Quick quiz: Picture the typical college student.

Do you have the image in your mind? (Don’t close your eyes or you can’t read the rest of the blog!)

I’m guessing the person you’re looking at is about 20 years old, has 2-3 books in hand and is walking on a college quad with beautiful trees. In the background are brick buildings. He or she is probably smiling at the comment made by the person walking alongside.

Well, in the words of some of my college friends from back in the day, fuggedaboutit! That person still exists, but he or she is no more typical a college student in 2010 as…well, as me.  Here’s the skinny…

About half of all college students attend part-time. A similar percentage attend a community college. And about half are financially independent. 38% work full-time. 27% have a dependent of their own.  Only about 25% of college students fit the “traditional” mold. (Data is from the National Center for Educational Statistics, http://nces.ed.gov)

What does this mean for you, as the adult learner? It means that you are not alone.  It means that – particularly if you’re taking your classes at night, online or on weekends (or at your place of employment) – you are taking classes with other “non-traditional” learners.  It means your professors have a greater chance of understanding that you may miss class for a family wedding or a professional conference.  It means – to some extent – the administrative offices of the College (i.e. – Financial Aid, Bursar, Career Services) will have a better grasp of adult concerns, questions, rules and regulations.  (Note: This still varies greatly from school to school, however.)  In general, this is the best time in the history of higher education for a non-traditional student to go to school.

What does this mean for you, the parent of a traditional learner? It means that your child’s classmates could be sharing a range of knowledge and experience in the classroom that wasn’t generally available a generation ago.  But, it does also mean that there is a new group in town that is consuming resources, including financial aid and faculty time and energy.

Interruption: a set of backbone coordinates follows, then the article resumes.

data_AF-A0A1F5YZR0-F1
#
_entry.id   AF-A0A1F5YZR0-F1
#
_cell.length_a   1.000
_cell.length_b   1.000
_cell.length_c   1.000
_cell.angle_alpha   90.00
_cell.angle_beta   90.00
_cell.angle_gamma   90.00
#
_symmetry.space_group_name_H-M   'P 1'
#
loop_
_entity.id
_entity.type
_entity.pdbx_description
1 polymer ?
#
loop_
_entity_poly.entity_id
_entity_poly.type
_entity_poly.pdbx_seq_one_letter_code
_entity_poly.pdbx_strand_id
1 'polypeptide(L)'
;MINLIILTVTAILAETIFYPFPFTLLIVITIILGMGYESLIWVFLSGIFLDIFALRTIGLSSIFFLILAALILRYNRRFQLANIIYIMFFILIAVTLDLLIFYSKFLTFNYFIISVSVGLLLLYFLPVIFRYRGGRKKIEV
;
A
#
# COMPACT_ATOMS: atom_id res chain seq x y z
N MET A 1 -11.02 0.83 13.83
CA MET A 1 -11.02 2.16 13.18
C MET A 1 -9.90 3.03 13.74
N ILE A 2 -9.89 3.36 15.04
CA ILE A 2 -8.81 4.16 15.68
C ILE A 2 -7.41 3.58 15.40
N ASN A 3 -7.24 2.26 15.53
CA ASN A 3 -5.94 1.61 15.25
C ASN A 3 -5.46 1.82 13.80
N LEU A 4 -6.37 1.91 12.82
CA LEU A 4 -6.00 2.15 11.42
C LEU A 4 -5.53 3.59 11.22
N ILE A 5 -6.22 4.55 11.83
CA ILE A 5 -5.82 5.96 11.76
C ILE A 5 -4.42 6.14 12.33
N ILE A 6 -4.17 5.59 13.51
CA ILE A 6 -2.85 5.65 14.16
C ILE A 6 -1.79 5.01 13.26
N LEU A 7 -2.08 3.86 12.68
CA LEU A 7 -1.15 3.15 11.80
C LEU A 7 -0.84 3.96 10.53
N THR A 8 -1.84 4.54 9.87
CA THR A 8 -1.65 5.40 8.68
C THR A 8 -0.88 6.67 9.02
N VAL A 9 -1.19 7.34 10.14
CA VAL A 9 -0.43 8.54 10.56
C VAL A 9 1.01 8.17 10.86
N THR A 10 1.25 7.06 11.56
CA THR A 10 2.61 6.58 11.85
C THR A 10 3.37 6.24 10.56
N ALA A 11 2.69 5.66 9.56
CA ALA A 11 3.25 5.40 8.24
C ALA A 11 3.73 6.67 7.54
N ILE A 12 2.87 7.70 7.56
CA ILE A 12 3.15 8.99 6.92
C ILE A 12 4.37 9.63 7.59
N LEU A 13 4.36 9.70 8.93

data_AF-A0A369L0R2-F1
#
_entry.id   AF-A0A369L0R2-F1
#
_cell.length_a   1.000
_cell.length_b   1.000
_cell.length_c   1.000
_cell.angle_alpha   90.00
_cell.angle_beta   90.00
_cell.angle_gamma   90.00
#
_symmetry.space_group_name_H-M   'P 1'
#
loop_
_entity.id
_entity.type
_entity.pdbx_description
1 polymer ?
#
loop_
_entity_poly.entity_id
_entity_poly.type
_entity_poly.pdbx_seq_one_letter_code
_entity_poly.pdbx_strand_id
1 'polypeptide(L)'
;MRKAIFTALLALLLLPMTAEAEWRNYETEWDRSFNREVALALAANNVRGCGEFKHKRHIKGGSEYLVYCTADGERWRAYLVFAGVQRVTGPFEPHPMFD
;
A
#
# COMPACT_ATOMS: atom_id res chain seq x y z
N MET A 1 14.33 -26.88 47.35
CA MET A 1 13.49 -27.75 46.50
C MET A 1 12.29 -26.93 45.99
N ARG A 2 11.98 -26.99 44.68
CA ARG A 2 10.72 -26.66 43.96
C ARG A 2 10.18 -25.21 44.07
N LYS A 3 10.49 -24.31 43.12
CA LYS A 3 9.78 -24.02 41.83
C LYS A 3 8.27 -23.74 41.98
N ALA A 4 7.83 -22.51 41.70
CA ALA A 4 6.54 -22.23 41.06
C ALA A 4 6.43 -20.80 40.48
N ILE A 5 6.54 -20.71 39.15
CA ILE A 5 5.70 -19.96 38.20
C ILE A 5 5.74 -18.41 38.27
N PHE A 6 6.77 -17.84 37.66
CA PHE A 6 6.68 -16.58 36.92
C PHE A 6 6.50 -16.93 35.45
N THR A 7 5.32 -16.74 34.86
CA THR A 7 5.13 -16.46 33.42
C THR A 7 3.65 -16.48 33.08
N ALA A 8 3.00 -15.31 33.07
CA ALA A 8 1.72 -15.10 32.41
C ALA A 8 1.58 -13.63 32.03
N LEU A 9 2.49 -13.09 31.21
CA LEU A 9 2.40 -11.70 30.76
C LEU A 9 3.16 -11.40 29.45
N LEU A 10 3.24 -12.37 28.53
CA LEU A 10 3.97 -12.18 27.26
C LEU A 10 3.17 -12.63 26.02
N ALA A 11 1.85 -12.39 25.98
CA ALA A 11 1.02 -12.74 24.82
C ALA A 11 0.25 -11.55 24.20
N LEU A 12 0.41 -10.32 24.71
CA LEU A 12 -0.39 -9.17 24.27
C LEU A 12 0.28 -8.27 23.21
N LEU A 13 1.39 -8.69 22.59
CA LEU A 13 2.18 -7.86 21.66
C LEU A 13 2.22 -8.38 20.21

Attached (I hope) are two wonderful videos regarding the typical student of today.  One is from the fantastic Take America to College video series http://www.takeamericatocollege.com/our-team/dennis-medina/ that tells the story of a Boston Police officer / Community College night student and the other is from the College of Saint Elizabeth that tells the story of a Wall Street professional transitioning to a career as a teacher.   http://www.youtube.com/watch?v=kvoJE_1ffns .

In some ways, higher education is in desperate shape. Costs are skyrocketing, government aid is often being frozen or cut, fund-raising is harder than ever and we are seeing more and more questions about “is college worth the price tag?”.  However, it is also a golden age for higher education. We have an incredibly diverse student population sharing an equally diverse set of experiences and knowledge.  We have educational tools available today that were inconceivable a few years ago.  We have more graduate programs and certifications than in the history of the world.

So, where are we?  At least in terms of college education – 40 is most definitely the new 20, the new “little black dress”, the new grey business suit that anchors the wardrobe.  But it is a wardrobe that is stuffed with multiple styles, shapes, colors and sizes.  It is probably best to simply start trying some things on and see what fits.